It’s not complicated: The “how might we” approach to innovation ensures that would-be innovators are asking the right questions and using the best wording. Proponents of this increasingly popular practice say it’s surprisingly effective — and that it can be seen as a testament to the power of language in helping to spark creative thinking and freewheeling collaboration. (Source)

While the HMW statement process can also be used in the ideation phase, I find it to be helpful in the define phase for two reasons:

  1. It provides a clear structure for students to distill the information gathered in the empathy phase and turn it into one statement.
  2. It allows students the freedom of looping back to reconsider their statement and restart the process if ideation, prototyping and testing isn’t quite hitting the mark.

Over the past few years of leading workshops on design thinking, I have developed a HMW activity that can easily be integrated into a design thinking process in the classroom as well.

After completing the empathy phase and gathering needed insight, students should be able to define what aspect of the end user’s experience they can attempt to improve. Line 1 might be filled in with ideas such as: happiness, joy, efficiency, calmness, etc… Line 2 is the person or group in which we are designing for. Line 3 should likely be left blank at this point as the group has not worked through the ideation phase yet. This blank line requires the students to return to the define phase to complete the design statement. Line 4 with: if there are constraints (imposed by the environment, end user, teacher, time, etc…) they can be listed in line 4.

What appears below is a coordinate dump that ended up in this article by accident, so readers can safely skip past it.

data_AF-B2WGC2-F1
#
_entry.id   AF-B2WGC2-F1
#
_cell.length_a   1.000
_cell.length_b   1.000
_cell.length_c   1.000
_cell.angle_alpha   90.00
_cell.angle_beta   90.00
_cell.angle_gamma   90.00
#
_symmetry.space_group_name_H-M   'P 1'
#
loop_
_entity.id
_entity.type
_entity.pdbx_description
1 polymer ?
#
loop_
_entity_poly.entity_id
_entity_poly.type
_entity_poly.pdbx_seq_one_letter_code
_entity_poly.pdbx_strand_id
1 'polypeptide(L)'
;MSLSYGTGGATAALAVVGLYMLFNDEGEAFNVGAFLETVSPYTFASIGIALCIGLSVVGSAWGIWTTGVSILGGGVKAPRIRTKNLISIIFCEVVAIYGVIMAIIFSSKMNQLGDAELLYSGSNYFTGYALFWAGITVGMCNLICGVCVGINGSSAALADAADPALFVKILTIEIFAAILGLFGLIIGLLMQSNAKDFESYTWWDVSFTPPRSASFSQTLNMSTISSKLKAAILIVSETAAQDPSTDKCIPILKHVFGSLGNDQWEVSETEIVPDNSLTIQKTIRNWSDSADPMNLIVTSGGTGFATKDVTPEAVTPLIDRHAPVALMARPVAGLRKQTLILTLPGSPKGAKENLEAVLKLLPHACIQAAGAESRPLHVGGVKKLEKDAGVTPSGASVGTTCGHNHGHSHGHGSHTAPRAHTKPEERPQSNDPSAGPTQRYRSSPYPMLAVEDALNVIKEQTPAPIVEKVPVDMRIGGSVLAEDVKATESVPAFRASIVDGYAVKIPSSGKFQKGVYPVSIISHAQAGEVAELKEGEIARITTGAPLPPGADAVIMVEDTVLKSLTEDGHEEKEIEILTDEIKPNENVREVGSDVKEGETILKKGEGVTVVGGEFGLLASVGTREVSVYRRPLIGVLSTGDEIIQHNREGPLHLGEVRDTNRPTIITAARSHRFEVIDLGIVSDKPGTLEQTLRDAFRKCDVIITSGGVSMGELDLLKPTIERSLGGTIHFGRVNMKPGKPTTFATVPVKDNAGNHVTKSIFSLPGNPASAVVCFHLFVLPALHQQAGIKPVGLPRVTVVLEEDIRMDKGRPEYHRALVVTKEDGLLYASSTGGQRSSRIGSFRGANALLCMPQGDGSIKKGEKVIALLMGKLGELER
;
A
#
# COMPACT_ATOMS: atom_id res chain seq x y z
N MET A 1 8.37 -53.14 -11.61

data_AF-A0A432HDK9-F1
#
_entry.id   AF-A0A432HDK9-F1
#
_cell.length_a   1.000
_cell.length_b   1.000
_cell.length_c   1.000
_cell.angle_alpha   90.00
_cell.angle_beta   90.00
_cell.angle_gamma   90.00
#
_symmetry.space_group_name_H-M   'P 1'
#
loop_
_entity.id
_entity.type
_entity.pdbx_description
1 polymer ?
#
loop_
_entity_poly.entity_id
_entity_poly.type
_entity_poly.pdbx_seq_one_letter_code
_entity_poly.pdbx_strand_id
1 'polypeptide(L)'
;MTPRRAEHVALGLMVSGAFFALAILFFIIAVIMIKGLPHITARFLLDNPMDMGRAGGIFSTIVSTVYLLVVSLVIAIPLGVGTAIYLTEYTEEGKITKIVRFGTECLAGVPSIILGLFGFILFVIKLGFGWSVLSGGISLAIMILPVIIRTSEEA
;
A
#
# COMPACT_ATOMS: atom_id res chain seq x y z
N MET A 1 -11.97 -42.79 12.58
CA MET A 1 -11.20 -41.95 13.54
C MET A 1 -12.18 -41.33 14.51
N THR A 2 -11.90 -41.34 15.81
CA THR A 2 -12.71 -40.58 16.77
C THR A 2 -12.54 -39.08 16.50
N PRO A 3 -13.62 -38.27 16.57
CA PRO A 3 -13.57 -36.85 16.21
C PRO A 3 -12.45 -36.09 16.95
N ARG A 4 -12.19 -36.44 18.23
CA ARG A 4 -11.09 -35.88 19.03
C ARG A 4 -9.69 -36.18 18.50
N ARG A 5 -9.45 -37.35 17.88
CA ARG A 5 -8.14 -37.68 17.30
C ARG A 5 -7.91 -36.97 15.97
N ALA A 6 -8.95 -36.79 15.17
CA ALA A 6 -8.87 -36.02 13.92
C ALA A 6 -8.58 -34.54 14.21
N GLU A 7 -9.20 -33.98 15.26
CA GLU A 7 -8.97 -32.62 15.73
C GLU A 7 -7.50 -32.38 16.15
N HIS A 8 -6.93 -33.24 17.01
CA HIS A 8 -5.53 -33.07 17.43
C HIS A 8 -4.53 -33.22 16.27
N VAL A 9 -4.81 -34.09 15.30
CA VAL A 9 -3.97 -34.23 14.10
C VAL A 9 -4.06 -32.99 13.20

The next two phases might be the most critical and are no less challenging than the previous two. I look at ideation and prototyping this way:

Ideation — explore an idea and problem on a horizontal plane. All ideas are welcome, can connect to other ideas or be broad jumps to completely new approaches to solving the problem.

Prototyping — explore one proposed solution from the ideation phase in a vertical plane. Focus in on that one proposed solution and create as many variations as possible within the context of that one solution.

But, the challenge here is to help students engage the ideation phase, to help them generate an exceptional number of ideas, both big and small, where all new ideas are welcome and reasonable. Consider using Visible Thinking Routines from Project Zero and in particular, their creativity routines.

The Creative Questions Routine from Project Zero

While the creativity routine above asks users to brainstorm a list of ideas and questions about an object, we can employ this creativity routine to the ideation phase of the design thinking process. With the problem statement already generated, students can use the questions in step 2 of the thinking routine to consider every perspective and approach to solving the problem as it has been defined. In this instance, it is quite possible that students can be more creative in their approach to problem solutions because they are provided with the language to think creatively about their problem.